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Despite criticisms from the West, the UAE’s oil chief is proving popular in the developing world

When the Seychelles government announced it would allow a Canadian company to explore for oil in its waters in September 2022, it said it hoped it would never have to extract the oil.

“We’re hoping that whilst we do the exploration, all these promises will be fulfilled,” Ramkalawan said, meaning they could leave the oil in the ground. But, he added, “at the end of the day, it’s about survival.”

While not among the poorest developing countries, the Seychelles highlights a paradox faced by many in the Global South: How to grow their economies and cope with the expenses of climate-fueled disasters they did least to cause, while also responding to international pressure to stop burning fossil fuels.

It’s into this space that Sultan Al Jaber has stepped — the Emirati minister and businessman who will preside over the UN-backed COP28 climate talks in Dubai starting on November 30.

Al Jaber’s appointment as COP28’s leader has been met with fierce criticism among some media organizations, civil society groups and even politicians in the Global North. That’s because, while he serves as the UAE’s climate envoy and head of its renewables company, he also runs the state-owned Abu Dhabi National Oil Company (ADNOC). More than 100 members of the US Congress and the European Parliament in May called for him to be replaced as COP28 president-designate.

But Al Jaber’s decision to focus on increasing finance to help developing countries shift to renewable energy is helping his popularity in the Global South.

“The money must flow smoothly and fast to where it needs to go so that the Global South does not have to choose between climate action and development,” Al Jaber told delegates at a pre-COP opening ceremony in Dubai, in October.

For some leaders, this contrasts with a string of broken promises on finance from developed countries.

Countries in the West “promise and don’t deliver, but yet they tell you ‘you have to keep protecting the planet,’” Ramkalawan said. He said the UAE has funded wind and solar plants in the Seychelles, adding, “I think the commitment of the UAE speaks volumes.”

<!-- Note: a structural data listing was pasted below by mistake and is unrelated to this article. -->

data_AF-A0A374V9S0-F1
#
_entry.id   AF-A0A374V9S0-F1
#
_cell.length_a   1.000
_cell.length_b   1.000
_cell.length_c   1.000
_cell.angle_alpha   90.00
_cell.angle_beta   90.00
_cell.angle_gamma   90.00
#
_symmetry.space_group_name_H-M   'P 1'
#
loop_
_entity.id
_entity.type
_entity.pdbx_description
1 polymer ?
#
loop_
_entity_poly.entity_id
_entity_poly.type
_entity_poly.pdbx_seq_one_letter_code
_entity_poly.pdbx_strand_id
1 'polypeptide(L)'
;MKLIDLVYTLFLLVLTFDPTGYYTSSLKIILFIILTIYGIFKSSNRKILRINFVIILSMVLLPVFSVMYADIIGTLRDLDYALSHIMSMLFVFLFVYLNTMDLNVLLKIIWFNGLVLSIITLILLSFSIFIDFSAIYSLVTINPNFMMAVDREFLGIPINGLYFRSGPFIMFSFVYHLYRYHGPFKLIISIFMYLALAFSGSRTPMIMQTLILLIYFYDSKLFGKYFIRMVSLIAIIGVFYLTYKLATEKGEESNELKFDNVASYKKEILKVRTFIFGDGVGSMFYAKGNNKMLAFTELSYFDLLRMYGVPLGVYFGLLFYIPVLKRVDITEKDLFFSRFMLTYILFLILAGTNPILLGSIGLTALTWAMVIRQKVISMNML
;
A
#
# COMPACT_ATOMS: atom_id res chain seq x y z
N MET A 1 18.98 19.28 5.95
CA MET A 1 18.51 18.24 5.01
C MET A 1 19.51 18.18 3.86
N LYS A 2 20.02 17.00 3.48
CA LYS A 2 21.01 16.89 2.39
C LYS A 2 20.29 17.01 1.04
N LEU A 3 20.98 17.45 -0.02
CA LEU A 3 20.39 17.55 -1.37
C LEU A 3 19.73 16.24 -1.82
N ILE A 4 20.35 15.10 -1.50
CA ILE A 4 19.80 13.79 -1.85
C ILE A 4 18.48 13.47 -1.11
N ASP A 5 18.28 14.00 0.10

Under Al Jaber’s leadership at the pre-COP28 talks, countries reached an agreement on how to run a “loss and damage” fund that would provide some money to developing countries to pay for the outsized impacts of climate change they have experienced.

It was a welcome development for some after the rich world had for two years failed to deliver the annual $100 billion to developing nations that it agreed back in 2009. That money was supposed to reach the most climate-vulnerable countries by 2020 to help them tackle and adapt to the climate crisis. Even though the goal was finally reached in 2022, developing nations say it’s nowhere near enough.

But many critics have cited the UAE’s plans to expand production of planet-heating fossil fuels as a conflict of interest in the COP28 talks.

ADNOC plans to invest $150 billion into scaling up its operations over the next five years. It is currently expanding its production capacity, aiming for 5 million barrels of oil a day by 2027, while the UAE government has said it plans to extract its very last barrel of oil 50 years from now, when its reserves are projected to dry up. That’s despite scientists saying society should be winding down oil and gas use now.

Struggling to keep up

Like the Seychelles, Kenya too is facing the challenge of how to cope with the expenses of climate-fueled disasters and rapidly scale up renewable energy without adequate funding.

The UAE recently pledged $4.5 billion to finance clean energy projects across Africa. And in June, Masdar — the state-owned renewables firm founded by Al Jaber — was part of a group that signed a deal worth $10 billion to develop a 10GW wind farm in Egypt, billed as the biggest on the continent.

“We are spending inordinate resources to try and manage the effects of climate change,” Ruto said. He referred to Kenya’s catastrophic multi-year drought, which scientists found was made 100 times more likely by the burning of planet-heating fossil fuels.

Even if the Global North has finally delivered the promised $100 billion of annual funding, it’s still a drop in the ocean compared to what some experts say is needed to help developing countries cope with the escalating impacts of the climate crisis and transform energy systems. A 2022 UN-backed report calculated developing countries will need about $2 trillion a year by 2030.

Harjeet Singh, the head of global political strategy for the Climate Action Network, said the reality is Western nations have not delivered.  “We have seen the West only being extractive and very opportunistic, and actually kept developing countries dependent on fossil fuels,” he said.

But others are more skeptical.

Sanim Vakil, the director of the Middle East North Africa Program at Chatham House, said ultimately, the UAE is looking to protect its interests in the energy transition.

The spokesperson said the COP28 team was committed to “ambitious, achievable, and substantial action,” which means, “holding back emissions, not progress, by ensuring energy security, accessibility, and affordability. Otherwise, we risk slowing down socio-economic progress and undermining support for ambitious climate action.”

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